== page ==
Governments and business turn to smart technology to meet sustainability goals – ICT Will Help Create a Fairer, Greener Planet
Monday, 11 September 2017
Virtual reality can empower women through training programmes on anything from negotiating salaries to overcoming victimisation.
Information and communications technology (ICT) is aiding countries worldwide meet the United Nations Sustainable Development Goals, with EU countries leading the way. Sustainability is not just about action to tackle climate change, but also the path towards a fairer, more stable and conflict-free society. This is what can be read into the UN’s 17 Sustainable Development Goals (SDGs), which emphasise as much the need for ending poverty, providing universal access to education and the Internet, and gender equality, as action to tackle global warming.
The SDGs were adopted by the UN in September 2015, drawing on suggestions from across society. They map out global targets to guide our progress in sustainable development to 2030. ICT will be a key accelerator in helping countries achieve the Goals, not least by increasing the scale and diffusion of solutions.
First, though, what is ICT? It combines information technology – the management of information via computers, software, networks and equipment – with communications technologies, such as email, mobile phones and media broadcasting.
Huawei is a sustainability leader
Huawei is a company with sustainability at the forefront of everything it does. A firm supporter of the SDGs and board member of CSR Europe – the European business network for corporate social responsibility – Huawei wants ICT to contribute as much as possible to the Goals. So, it decided to conduct a study to see whether ICT was indeed making society more sustainable.
The 2017 Huawei ICT Sustainable Development Goals Benchmark looks at the successful strides being made in both developed and developing countries and shows that ICT investment can support progress on the SDGs by enabling increased access, connectivity and efficiency.
It clearly demonstrates that ICT is highly correlated with country-level SDG performance (89%), suggesting that countries that perform well on ICT also perform well on the SDGs, and countries that underperform on ICT are also lagging on SDG achievement. While this does not prove causality, it suggests a strong relationship.
Progress on certain SDGs is currently more correlated with ICT development than others. The Goals with higher ICT correlation include SDG 9, which determines to build resilient infrastructure, promote inclusive and sustainable industrialisation and foster innovation, and SDGs 3 (health) and 4 (education).
Overall, developed countries generally have higher ICT scores than SDG scores, indicating that ICT development is outpacing progress on sustainable development. In developing countries, given their sparser infrastructure, ICT will play an increasingly important role in developing cleaner and more efficient construction going forward.
Protecting human health
The SDGs also stress the need, not only to limit environmental degradation due to infrastructure, but to leverage this kind of development to support human health and protect natural resources.
Most vital infrastructure is controlled by ICT: power grids, water supplies, transport hubs and more. But as well as being an economic cornerstone, ICT infrastructure is all about empowerment too. Broadband access enables people to get educated, start businesses, create jobs, and much more.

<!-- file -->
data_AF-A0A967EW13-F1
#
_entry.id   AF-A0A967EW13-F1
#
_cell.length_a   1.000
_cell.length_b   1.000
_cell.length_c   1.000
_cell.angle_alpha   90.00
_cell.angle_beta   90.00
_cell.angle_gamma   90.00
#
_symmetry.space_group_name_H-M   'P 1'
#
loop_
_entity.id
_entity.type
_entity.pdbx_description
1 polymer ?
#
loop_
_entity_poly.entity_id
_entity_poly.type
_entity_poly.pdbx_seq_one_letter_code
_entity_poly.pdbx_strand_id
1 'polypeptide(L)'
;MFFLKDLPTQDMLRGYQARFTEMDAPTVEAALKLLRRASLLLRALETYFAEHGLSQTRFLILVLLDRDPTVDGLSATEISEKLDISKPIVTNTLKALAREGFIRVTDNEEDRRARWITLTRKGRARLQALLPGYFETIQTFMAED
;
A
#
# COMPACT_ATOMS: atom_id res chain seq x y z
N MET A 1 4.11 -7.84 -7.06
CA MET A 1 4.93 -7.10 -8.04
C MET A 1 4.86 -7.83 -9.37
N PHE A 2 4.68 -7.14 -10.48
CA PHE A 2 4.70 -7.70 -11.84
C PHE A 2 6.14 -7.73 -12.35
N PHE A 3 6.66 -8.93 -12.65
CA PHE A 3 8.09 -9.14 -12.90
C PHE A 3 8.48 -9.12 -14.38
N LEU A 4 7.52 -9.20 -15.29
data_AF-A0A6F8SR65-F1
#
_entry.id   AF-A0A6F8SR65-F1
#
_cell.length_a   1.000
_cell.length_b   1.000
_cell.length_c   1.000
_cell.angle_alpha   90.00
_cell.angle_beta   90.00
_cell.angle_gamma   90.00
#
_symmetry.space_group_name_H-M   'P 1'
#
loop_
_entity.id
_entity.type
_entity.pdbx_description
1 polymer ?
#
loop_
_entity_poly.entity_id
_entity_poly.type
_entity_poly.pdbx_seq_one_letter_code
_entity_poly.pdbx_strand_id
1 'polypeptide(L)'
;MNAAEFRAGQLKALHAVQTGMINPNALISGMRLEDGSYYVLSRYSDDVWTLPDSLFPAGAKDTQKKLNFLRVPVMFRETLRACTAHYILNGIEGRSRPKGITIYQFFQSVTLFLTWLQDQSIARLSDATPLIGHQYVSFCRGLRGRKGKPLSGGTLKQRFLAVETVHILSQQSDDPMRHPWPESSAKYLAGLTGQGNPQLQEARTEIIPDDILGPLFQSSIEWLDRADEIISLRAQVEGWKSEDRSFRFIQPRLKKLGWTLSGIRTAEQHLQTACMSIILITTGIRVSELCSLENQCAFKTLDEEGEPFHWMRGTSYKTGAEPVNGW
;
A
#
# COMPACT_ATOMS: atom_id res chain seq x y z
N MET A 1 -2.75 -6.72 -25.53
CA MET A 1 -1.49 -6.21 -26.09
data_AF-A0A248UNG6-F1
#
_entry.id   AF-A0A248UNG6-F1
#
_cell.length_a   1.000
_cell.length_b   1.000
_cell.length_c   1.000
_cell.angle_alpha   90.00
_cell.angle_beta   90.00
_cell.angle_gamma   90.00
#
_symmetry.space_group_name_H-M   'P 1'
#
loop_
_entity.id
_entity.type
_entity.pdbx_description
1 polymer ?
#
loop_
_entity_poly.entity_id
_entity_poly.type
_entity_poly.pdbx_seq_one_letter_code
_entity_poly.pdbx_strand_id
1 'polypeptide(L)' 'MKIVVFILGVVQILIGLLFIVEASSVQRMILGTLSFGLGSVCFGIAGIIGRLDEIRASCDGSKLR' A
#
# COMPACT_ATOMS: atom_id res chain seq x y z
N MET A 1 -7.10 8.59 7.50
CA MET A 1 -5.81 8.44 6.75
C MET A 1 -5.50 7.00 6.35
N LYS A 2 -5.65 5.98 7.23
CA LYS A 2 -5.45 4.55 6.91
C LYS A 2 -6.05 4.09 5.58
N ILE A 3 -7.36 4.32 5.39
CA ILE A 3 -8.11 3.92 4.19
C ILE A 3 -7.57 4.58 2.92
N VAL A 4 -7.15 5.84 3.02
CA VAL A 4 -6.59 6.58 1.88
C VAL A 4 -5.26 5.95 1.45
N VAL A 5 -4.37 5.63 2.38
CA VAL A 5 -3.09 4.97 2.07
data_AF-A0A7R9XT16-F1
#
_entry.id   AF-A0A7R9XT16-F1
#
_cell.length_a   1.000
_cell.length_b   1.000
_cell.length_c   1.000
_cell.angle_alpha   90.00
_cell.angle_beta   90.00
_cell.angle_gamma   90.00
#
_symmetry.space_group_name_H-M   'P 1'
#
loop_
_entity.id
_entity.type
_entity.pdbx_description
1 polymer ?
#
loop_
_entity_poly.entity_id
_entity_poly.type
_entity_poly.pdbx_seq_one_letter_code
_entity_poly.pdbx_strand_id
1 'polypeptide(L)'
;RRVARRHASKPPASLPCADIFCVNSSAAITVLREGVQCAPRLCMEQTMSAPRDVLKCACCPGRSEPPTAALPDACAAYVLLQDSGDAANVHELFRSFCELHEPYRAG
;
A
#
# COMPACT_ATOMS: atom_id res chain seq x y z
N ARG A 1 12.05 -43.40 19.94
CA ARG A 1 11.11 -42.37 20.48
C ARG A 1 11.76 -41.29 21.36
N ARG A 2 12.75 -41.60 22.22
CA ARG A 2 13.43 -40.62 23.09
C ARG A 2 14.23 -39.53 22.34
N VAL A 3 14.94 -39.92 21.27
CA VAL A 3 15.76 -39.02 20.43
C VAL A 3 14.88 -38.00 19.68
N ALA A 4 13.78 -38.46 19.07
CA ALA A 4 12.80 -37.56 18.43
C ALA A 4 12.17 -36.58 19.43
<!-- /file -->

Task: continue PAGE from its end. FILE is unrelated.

For every person connected to high-speed broadband, though, five are not. And, worldwide, some four billion people do not have any Internet access at all, two billion don’t use a mobile phone and almost half a billion live in areas without even a mobile signal. A divide also exists across genders. Access to ICT is still lower for women than men.
R&D investment crucial
Investment in R&D is critical to innovation and cultivation of sustainable industrial development. But, as recently as 2013, global expenditure on R&D as a proportion of GDP only stood at 1.7%. Private enterprises must play their part in investing in meeting the Goals and do so by increasing their R&D spending. Huawei has shown it believes in this. Since founding 30 years ago, we have re-invested more than 10% of our annual revenue in R&D. Last year, it was over 14%, about USD 11 billion.
Huawei launched the first IoT lighting solution for cities in 2016, able to reduce electricity usage in street lamps by 80%.
Industrial productivity and resource use are increasing hugely through the introduction of ICT infrastructure such as the industrial Internet of Things. Sensor technology is proving critical to the evolution of advanced traffic management systems and energy grids, reducing costs and greenhouse gas emissions.
Huawei’s smart lighting solution, for example, which connects all street lamps in a city to a unified IoT sensor network, reduces electricity usage by up to 80%. With over 300 million street lamps around the globe, such differences matter.
EU countries under the microscope
In Huawei’s global report, Sweden, Germany and the UK topped the list of countries whose ICT development is most helping them to achieve the SDGs.
Now Huawei has gone on to investigate progress in the rest of the EU countries, a report that will be published in October. This has established the specific Goals on which the EU performs well – and where opportunities for improvement lie.
As in the global report, ICT development in EU countries appears to be outpacing progress on sustainable development. The positive take on this is that, properly harnessed, ICTs are well placed to advance sustainability in the future.